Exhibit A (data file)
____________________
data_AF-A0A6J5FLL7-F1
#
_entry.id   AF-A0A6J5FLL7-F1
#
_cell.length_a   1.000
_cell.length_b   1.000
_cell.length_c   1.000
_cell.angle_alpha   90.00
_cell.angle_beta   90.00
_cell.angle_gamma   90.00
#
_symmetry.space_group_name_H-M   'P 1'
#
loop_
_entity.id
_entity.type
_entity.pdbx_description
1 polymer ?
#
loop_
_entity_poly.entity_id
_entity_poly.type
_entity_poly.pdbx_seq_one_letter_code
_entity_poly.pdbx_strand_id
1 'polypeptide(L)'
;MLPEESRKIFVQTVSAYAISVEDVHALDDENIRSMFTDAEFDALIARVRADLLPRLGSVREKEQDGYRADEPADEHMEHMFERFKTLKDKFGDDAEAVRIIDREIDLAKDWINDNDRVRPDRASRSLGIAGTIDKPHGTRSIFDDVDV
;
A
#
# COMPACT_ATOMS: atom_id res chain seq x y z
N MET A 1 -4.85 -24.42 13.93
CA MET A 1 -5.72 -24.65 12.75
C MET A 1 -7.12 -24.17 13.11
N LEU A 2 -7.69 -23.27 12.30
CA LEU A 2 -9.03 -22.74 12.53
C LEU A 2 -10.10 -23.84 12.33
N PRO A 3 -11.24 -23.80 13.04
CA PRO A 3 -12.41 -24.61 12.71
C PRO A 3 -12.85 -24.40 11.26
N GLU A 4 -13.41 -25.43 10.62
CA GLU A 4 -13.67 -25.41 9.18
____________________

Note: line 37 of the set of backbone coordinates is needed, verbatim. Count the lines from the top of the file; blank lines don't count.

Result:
N PRO A 3 -11.24 -23.80 13.04